"It's not different from the capacity that exists in the Pentagon or the White House or the State Department or anyplace," said Smith. "It's just the technology didn't exist for the civilian side in Baghdad. It's really not that radical, but it's just a capability that's now built into the civilian authority."
And with that, the Baghdad enclave will become a mini–White House in terms of capacities and facilities. "We live in an interconnected world," said Smith, "and when you watch the evening news, people aren't looking at the source, they're looking at the information, and we have to be capable of broadcasting from Baghdad as you would from any other origination point.
"It's a capacity that has not existed in Baghdad," Smith said. "Basically it's taking the capacity that existed at CentCom, that for whatever reason, did not translate to the civilian authority in Baghdad."
Smith, onetime producer of ABC News' This Week with David Brinkley and Nightline, is a childhood friend of the Bush family, who left ABC in 1989 to become media advisor to President George H. W. Bush, then returned for a second stint with ABC News from 1995 to 1999. He said he sympathized with the press' wartime reporting mission, but thought the CPA TV operation could do it better.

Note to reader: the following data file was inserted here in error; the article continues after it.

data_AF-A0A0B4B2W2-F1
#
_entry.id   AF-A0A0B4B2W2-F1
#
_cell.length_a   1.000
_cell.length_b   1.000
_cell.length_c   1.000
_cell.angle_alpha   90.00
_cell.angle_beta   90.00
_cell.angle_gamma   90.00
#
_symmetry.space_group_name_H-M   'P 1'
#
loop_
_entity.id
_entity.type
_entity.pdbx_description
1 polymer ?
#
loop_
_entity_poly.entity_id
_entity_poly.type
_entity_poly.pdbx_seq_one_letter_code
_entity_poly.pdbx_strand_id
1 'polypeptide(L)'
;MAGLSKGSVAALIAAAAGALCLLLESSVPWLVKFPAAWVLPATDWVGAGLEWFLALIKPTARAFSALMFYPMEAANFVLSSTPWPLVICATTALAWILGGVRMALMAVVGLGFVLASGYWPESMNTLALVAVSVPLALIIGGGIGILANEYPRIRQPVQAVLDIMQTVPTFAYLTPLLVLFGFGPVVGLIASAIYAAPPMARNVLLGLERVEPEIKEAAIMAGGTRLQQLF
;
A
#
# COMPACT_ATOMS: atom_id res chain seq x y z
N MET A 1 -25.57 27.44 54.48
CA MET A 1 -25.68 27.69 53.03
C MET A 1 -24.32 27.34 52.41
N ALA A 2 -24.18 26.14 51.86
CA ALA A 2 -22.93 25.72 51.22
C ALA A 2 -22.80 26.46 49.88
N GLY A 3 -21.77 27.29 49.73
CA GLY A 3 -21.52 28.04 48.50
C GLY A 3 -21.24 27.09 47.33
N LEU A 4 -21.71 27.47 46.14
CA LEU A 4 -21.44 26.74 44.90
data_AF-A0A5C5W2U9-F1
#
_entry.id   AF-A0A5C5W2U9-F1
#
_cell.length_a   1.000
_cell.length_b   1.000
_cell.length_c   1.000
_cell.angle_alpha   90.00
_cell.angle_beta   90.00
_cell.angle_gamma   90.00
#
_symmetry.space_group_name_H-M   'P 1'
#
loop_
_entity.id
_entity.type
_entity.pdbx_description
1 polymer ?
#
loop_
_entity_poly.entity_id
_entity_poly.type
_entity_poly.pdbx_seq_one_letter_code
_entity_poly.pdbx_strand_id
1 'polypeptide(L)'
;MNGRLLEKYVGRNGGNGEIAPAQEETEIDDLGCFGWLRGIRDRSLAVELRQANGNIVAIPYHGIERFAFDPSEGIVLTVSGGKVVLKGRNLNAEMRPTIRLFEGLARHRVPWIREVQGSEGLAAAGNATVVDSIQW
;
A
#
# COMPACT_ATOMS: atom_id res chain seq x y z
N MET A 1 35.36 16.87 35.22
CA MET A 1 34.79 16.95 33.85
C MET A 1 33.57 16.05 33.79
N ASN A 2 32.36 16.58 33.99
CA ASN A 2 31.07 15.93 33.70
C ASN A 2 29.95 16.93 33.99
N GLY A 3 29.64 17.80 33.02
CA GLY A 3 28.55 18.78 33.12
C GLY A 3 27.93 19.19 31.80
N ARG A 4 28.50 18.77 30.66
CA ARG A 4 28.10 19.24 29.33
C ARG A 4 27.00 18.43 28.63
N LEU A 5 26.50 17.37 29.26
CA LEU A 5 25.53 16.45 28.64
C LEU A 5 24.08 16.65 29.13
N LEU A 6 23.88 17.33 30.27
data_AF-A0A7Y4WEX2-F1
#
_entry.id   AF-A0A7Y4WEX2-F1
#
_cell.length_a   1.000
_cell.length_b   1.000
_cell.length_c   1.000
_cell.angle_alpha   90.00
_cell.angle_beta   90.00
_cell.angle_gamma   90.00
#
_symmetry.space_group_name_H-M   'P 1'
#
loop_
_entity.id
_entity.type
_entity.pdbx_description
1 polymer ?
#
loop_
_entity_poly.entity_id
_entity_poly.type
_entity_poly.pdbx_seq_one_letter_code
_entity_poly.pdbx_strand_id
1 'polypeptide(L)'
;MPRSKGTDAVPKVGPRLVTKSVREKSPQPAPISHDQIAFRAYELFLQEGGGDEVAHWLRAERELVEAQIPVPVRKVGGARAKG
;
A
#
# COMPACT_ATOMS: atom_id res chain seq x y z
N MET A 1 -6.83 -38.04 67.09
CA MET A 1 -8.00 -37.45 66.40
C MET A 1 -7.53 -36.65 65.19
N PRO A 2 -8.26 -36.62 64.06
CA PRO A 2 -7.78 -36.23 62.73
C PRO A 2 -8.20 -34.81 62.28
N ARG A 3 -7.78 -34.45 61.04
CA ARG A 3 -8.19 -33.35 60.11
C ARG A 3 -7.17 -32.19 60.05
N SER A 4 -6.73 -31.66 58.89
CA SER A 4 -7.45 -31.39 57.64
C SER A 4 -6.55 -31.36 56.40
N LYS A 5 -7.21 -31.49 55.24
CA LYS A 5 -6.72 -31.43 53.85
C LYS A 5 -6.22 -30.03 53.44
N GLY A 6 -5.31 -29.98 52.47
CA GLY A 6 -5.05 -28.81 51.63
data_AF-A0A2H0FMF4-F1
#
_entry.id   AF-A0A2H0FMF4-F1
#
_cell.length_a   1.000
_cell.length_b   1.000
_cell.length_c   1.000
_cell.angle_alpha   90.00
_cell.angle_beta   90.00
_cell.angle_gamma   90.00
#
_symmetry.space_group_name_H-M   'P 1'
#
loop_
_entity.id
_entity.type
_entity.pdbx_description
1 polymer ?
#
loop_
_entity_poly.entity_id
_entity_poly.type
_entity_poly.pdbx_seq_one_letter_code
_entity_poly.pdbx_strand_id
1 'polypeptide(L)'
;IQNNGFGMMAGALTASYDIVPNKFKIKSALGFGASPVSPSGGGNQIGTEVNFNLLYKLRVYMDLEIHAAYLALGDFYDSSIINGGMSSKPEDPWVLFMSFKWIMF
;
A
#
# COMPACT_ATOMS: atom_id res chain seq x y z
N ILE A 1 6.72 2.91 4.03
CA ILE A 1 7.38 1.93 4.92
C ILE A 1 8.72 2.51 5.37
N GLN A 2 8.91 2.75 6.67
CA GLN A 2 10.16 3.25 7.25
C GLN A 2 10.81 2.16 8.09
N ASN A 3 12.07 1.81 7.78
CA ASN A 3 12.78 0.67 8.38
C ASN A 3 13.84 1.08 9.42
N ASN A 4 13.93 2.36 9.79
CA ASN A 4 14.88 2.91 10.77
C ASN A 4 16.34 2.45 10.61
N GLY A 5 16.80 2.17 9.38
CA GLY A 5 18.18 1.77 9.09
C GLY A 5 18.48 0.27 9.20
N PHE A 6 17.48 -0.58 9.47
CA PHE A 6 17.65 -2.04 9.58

"I recognize what their obligations and responsibilities are, and they're going to cover the military side and the war side," he said, "but as it recedes, do they focus on the peace side or do they not focus on anything at all? We'll be in a better situation to do it ourselves and help paint a different picture than the one being portrayed."
The toughest chess game on earth -- between the beleaguered, bullet-riddled press offices of the CPA, and the frustrated, battle-weary media corps who drill the administrator's office for details of the conflict -- just got tougher. After the administration's complaints in September that the press was painting a disastrous picture of Iraq during the nation-building efforts, reporters came under increasing pressure from the White House to find the so-called "good news" in Iraq, or lose access.